Business Rates

Portas could offer no immediate winning solution but saw that a failure to tackle and reduce business rates was a stopper to growth. Businesses needed an incentive to come back into the town centres, she said, and this is one area ripe for incentive. But councils offering a reduction in business rates would of course want to make up funds from elsewhere, and when asked if councils should increase residential rates to subsidise lower business rates, she gave this an emphatic thumbs down.

Rent Reviews

Brief mention was made of the argument that the Government should legislate against upward only rent reviews. Portas was against upward only rent reviews, but she did not wish to tarnish all landlords with the same brush and didn't offer (and wasn't pressed) for a run through the case. Some landlords were absentees, others active, and those taking a practical view were the ones with paying tenants.

Get Out of Town

One line of reasoning for the big retailers moving to out of town shopping centres is that their business model requires a set size and a set layout to best show off their products and run a successful operation. Uniformity can best be achieved often by new build shopping centres where the developers can build to order rather than a retailer having to alter its format to fit in a high street space made for something else.

Part of Portas' call was not just incentives for retailers to stay in town, but some active disincentive for moving out of town, but she admitted there was an inequality of arms. Big retailers have the "sophistication" - the funding and legal resources to get themselves through the planning quagmire - whereas councils have limited resources with which they can fight to defend their own decisions, were they to put obstacles in the way of the big retailers.

Where now?

Hot on the heels of Portas' appearance before Parliament, Bill Grimsey, the former boss of Wickes (DIY chain) is to publish his alternative recommendations for the high street. The recommendations are not published at the time of writing this piece, but those that have been trailed focus on the big retailers with sales of over £10m p.a. paying a one off levy of 0.25% of UK sales into a fund used to sponsor start-ups. This would raise c.£550m for such a fund, but of course we have seen with the Portas Pilots some apprehension at local level of how to use funds given under the Portas Review. Would we end up with the same problem here? Councils sitting on funds with no consensus on how to spend it?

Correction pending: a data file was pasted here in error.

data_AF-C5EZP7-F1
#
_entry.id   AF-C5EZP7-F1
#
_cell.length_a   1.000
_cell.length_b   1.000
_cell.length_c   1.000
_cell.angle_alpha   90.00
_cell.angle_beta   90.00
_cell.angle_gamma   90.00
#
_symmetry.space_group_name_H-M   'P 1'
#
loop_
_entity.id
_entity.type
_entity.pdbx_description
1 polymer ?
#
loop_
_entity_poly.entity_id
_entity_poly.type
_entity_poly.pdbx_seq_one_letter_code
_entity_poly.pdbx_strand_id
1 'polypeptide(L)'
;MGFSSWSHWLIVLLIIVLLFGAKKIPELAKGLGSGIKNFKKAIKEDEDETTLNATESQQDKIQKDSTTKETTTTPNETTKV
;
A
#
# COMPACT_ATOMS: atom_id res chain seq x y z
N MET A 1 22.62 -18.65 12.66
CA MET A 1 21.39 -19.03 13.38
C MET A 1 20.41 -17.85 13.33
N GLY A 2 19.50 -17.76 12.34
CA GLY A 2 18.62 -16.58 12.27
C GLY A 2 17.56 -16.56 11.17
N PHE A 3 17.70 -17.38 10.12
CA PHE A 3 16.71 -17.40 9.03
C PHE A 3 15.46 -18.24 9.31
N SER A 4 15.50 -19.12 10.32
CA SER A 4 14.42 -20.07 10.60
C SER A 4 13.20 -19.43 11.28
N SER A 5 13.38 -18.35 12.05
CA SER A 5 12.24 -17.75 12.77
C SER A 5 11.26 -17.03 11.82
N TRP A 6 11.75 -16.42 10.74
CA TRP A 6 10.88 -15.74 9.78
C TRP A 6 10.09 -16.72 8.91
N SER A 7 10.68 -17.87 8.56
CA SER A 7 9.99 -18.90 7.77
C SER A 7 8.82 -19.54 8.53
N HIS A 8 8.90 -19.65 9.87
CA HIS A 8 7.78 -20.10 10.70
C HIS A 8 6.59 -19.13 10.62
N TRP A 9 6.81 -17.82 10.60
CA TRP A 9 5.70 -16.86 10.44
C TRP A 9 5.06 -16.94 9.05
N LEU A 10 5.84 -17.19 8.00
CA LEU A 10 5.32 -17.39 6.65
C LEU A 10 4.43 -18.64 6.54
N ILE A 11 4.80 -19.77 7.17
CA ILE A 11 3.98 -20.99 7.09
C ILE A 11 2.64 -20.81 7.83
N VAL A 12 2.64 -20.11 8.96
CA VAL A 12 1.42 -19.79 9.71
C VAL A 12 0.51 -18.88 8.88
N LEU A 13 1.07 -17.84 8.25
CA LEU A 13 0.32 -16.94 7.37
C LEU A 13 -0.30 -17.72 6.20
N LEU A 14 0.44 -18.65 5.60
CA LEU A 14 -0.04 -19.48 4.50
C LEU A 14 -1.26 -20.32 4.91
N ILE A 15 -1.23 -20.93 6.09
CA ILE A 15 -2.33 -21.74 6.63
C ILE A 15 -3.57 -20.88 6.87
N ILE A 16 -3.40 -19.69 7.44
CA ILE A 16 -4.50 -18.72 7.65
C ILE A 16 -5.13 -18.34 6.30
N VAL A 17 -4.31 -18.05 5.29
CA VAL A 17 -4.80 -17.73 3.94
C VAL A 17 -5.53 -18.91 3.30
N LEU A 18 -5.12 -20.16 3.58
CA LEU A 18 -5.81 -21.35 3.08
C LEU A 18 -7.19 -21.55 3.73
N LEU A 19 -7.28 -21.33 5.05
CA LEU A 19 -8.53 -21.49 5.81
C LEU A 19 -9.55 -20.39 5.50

Grimsey had been a harsh critic of Portas, labelling her work as a "PR stunt". Let it not go unstated that Bill Grimsey has a book to sell on the topic and a career as a conference speaker in the band of £5-10k according to his booking agency JLA's website. Portas wondered aloud in front of the Select Committee what she had done to Grimsey in a former life, but concluded his anger will have been the result of not being consulted by Portas. It is clear that both Grimsey and Portas are experts in their respective fields, and can quite legitimately hold different views.

But it does leave the Government in a quandry. Can and should the Government jump from the Portas ship to the Grimsey ship in terms of its policy focus? Both campaigners clearly have experience which the Government should tap into, but Portas has the television platform with which to shout the loudest and campaign. Portas had received re-assurances from the Prime Minister that promoting Britain's high streets was one of his top priorities, but she was all too well aware - even amid her self-confessed political naivety - that the Prime Minister has a lot of competing top priorities.

All of this leaves Government in a tight spot - can it, and should it, artificially attempt to hold back the tide against consumer trends? Can government force stand up to market forces?

Article by Owen Byrne, Trainee Solicitor, Bircham Dyson Bell LLP

The content of this article is intended to provide a general guide to the subject matter. Specialist advice should be sought about your specific circumstances.